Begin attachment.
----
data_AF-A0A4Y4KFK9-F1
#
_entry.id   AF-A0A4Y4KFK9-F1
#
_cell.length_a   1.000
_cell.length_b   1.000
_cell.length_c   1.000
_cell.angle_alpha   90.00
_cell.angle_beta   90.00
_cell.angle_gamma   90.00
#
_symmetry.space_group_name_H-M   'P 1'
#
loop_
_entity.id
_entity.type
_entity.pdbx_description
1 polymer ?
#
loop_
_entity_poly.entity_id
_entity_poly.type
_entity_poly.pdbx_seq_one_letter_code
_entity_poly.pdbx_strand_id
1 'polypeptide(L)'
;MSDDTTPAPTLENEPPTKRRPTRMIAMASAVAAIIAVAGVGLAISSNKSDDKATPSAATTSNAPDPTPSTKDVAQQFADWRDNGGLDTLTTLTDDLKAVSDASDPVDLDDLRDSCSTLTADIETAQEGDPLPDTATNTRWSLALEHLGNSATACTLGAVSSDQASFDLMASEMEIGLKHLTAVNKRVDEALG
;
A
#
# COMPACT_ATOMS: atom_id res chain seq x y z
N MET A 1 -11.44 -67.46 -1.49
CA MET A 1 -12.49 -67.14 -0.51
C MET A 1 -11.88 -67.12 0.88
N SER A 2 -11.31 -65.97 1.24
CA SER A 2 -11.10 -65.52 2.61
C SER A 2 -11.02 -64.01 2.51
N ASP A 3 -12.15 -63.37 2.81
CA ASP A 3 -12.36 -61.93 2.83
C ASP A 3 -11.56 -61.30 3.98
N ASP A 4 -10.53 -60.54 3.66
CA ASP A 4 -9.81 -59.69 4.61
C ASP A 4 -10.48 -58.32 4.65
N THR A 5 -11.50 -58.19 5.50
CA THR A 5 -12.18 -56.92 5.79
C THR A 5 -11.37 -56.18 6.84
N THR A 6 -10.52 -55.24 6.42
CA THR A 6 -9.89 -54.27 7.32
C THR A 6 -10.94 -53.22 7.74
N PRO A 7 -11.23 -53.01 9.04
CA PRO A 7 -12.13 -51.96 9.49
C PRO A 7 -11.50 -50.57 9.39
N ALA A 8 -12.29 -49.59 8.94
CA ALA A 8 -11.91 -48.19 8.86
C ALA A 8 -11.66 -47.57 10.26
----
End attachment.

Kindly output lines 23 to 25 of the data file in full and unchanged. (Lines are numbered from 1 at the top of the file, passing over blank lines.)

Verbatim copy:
_entity_poly.pdbx_seq_one_letter_code
_entity_poly.pdbx_strand_id
1 'polypeptide(L)'